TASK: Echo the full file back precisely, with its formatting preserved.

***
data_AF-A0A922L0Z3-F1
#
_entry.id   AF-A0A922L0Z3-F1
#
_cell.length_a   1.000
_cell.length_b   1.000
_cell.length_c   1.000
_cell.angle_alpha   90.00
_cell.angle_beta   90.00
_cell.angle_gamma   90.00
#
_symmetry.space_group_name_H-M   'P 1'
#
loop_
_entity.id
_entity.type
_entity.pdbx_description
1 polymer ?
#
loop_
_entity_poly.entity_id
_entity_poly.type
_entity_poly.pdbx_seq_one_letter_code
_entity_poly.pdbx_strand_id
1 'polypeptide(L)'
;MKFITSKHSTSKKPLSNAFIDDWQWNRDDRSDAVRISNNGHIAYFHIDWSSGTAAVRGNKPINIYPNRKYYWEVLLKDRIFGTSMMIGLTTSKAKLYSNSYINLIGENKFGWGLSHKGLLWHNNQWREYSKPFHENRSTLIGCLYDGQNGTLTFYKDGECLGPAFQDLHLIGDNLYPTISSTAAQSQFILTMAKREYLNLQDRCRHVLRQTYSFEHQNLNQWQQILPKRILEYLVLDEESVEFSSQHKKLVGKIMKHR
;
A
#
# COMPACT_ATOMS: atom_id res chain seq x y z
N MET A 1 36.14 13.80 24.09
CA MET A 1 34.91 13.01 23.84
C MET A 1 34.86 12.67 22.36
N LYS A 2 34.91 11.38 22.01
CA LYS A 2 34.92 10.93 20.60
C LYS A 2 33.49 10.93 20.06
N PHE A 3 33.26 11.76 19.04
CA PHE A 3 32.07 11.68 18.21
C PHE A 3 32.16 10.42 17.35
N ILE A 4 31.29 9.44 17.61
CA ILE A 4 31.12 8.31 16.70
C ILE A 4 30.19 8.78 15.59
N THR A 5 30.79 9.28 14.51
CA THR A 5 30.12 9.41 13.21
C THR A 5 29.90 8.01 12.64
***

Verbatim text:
data_AF-A0A922L0Z3-F1
#
_entry.id   AF-A0A922L0Z3-F1
#
_cell.length_a   1.000
_cell.length_b   1.000
_cell.length_c   1.000
_cell.angle_alpha   90.00
_cell.angle_beta   90.00
_cell.angle_gamma   90.00
#
_symmetry.space_group_name_H-M   'P 1'
#
loop_
_entity.id
_entity.type
_entity.pdbx_description
1 polymer ?
#
loop_
_entity_poly.entity_id
_entity_poly.type
_entity_poly.pdbx_seq_one_letter_code
_entity_poly.pdbx_strand_id
1 'polypeptide(L)'
;MKFITSKHSTSKKPLSNAFIDDWQWNRDDRSDAVRISNNGHIAYFHIDWSSGTAAVRGNKPINIYPNRKYYWEVLLKDRIFGTSMMIGLTTSKAKLYSNSYINLIGENKFGWGLSHKGLLWHNNQWREYSKPFHENRSTLIGCLYDGQNGTLTFYKDGECLGPAFQDLHLIGDNLYPTISSTAAQSQFILTMAKREYLNLQDRCRHVLRQTYSFEHQNLNQWQQILPKRILEYLVLDEESVEFSSQHKKLVGKIMKHR
;
A
#
# COMPACT_ATOMS: atom_id res chain seq x y z
N MET A 1 36.14 13.80 24.09
CA MET A 1 34.91 13.01 23.84
C MET A 1 34.86 12.67 22.36
N LYS A 2 34.91 11.38 22.01
CA LYS A 2 34.92 10.93 20.60
C LYS A 2 33.49 10.93 20.06
N PHE A 3 33.26 11.76 19.04
CA PHE A 3 32.07 11.68 18.21
C PHE A 3 32.16 10.42 17.35
N ILE A 4 31.29 9.44 17.61
CA ILE A 4 31.12 8.31 16.70
C ILE A 4 30.19 8.78 15.59
N THR A 5 30.79 9.28 14.51
CA THR A 5 30.12 9.41 13.21
C THR A 5 29.90 8.01 12.64